Instant Lessons From Quitting My First Coding Job

Instant Lessons From Quitting My First Coding Job

I am now four months into my new programming job, living and loving life, this and that side of the work-life river. I’m still getting used to having a regular job and a regular life, you wouldn’t believe how much I struggle with the lack of struggle.

Over the past year my life has drastically changed, to the point where I sit here writing about the lessons from eight and a half years of living a hectic life, and loving that, too. Because I did, part of me misses the daily insanity, the good people I worked with and the bad people that I worked against. It’s been a ride and I miss it, despite the new job being a good ride as well. So here are my takeaways after the dust of leaving my first ever coding job has settled, and I get a better picture of everything that happened in almost a decade of my life.

I should have left long before, but I’m glad that I didn’t

I was aware from an early stage that I was not in the perfect place, for a variety of reasons. My apprenticeship was pretty much me googling things and watching YouTube videos on my own time (since we weren’t allowed to at work at the time) and then getting yelled at for not doing the things right that had never been explained to me.

Afterward I was an underpaid junior dev being tasked with a system that was too large for me to handle, but the other developers kept quitting (or getting fired) and so I was pretty much doing it myself, constantly under fire as well. I spent the next five years like that, until eventually I left at the hight of my game, with the system under control and me a valuable contributor to large-scale projects.

And that is the the reason why I’m glad that I did not leave much sooner as I honestly should have, this way I got to see the results of my hard work and went from blame to fame, and got to enjoy all the great parts of the corporate life. By the end I had so much freedom and responsibility, far more than you would place on anyone as young as me in most places. I worked long hours and weekends together with some great people, and I got the cocktail parties, the empty office floors at night, glass and chrome and hardwood tables.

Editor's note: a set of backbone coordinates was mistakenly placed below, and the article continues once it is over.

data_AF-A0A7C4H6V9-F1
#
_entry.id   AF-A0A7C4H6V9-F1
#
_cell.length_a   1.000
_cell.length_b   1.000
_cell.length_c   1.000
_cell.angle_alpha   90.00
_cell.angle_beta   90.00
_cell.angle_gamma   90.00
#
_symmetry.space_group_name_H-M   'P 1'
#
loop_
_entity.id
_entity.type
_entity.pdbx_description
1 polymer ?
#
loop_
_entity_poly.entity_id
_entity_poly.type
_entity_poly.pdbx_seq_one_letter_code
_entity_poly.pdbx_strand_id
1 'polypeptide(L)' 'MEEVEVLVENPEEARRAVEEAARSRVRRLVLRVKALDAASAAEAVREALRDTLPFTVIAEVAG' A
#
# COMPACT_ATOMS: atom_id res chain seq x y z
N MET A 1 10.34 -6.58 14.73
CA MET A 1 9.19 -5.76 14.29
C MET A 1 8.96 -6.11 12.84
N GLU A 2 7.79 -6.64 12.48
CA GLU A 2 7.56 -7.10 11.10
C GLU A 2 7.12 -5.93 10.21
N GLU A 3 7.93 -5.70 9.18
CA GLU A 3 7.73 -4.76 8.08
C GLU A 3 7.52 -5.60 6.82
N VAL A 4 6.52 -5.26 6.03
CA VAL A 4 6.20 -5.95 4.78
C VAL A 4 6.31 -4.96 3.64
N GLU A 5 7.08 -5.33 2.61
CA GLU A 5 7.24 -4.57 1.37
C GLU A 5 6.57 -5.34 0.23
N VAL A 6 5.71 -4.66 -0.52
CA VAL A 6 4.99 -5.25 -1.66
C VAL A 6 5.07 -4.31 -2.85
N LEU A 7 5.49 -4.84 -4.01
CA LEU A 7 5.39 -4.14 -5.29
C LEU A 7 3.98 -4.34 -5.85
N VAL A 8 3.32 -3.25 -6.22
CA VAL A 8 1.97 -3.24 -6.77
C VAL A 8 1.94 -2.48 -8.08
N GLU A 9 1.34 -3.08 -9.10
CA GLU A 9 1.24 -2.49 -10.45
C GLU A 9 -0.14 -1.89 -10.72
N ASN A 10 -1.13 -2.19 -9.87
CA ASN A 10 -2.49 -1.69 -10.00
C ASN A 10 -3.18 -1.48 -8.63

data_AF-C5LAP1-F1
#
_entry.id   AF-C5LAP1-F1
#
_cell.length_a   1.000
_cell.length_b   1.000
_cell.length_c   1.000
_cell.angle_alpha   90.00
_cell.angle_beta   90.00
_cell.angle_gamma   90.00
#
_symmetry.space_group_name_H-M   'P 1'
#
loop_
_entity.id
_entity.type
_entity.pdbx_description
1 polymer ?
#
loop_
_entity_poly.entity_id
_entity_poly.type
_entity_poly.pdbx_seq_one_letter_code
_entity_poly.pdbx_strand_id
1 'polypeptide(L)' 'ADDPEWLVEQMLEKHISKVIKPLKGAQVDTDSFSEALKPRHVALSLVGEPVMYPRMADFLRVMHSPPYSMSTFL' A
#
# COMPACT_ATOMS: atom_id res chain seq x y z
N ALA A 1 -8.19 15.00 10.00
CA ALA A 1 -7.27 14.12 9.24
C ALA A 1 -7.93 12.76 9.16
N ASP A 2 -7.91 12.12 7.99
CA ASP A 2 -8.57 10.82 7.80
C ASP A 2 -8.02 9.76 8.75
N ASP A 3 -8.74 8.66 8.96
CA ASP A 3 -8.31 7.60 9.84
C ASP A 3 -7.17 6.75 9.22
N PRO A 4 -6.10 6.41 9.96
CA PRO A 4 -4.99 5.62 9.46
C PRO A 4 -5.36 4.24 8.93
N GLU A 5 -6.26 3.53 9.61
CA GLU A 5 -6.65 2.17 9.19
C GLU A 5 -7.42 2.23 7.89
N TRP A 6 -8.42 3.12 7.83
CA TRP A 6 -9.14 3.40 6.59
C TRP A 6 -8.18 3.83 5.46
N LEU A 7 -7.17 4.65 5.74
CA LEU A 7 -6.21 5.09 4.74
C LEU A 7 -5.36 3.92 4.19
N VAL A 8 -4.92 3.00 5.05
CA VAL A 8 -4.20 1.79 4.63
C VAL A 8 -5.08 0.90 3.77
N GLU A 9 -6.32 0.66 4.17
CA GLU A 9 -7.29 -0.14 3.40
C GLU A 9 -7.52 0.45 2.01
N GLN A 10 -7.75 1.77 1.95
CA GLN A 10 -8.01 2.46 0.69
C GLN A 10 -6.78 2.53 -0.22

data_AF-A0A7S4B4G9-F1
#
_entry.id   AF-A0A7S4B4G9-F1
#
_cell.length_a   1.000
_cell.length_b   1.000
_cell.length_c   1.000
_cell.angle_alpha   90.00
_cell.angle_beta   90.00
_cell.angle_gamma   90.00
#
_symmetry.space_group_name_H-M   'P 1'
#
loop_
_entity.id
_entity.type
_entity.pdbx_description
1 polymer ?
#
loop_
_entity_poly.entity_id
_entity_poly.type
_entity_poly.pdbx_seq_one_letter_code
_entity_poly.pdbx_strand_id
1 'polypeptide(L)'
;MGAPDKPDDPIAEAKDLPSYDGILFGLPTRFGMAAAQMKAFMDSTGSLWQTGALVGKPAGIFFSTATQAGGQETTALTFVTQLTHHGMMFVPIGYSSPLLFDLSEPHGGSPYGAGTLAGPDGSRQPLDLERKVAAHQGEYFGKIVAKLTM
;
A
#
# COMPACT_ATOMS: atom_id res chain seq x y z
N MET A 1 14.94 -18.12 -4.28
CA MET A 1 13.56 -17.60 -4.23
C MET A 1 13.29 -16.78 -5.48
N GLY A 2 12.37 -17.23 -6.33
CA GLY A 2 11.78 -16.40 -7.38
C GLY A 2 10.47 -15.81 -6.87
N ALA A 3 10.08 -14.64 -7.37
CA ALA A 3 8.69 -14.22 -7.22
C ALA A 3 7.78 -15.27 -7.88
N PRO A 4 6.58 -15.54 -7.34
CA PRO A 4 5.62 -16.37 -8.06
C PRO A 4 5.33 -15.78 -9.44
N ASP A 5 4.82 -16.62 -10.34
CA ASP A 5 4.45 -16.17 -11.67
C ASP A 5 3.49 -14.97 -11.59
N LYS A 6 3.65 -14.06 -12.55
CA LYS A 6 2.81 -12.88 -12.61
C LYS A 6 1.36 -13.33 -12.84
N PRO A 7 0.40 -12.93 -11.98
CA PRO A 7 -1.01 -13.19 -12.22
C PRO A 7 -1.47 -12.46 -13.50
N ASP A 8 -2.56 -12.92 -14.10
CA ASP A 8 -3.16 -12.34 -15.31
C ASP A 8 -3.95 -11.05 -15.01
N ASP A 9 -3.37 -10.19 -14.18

I doubt that I will have a job like this again for the rest of my life, the responsibility and freedom of being solely responsible for my work alone is something that you don’t really get in most places. When I left I was called into my boss’s office who applauded me for taking on end to end responsibility as he called it in fancy speech, and tried to convince me to stay. And for the year and a half that preceded that I did not even have a boss or anyone overseeing my work, that is another thing you won’t find that easily.

I learned so much, and frankly the last two years or so healed a portion of my distrust towards people, turned the dysfunctional depressed guy into a functioning cynic and now I’m suddenly a guy who thrives at parties and in social life situations, however that happened.

So I stayed on precisely long enough to get some much needed perspective on what could have also been a traumatising experience of working too hard for too little money. This way, it was strangely fun and I learned too much to be bitter about anything.

Leaving is weird

I remember the day that I walked the enchanted halls for the last time, turned in my hardware, said some good-byes and had the obligatory good-bye-party as an online call full of reminiscing about the days gone by, and the people we met along the way. Then I signed off, for good this time, and now I no longer have a key that bleeps when I put it against the doorlock, and no longer get to buy discounted specialty food or drink lemonade with the people of old.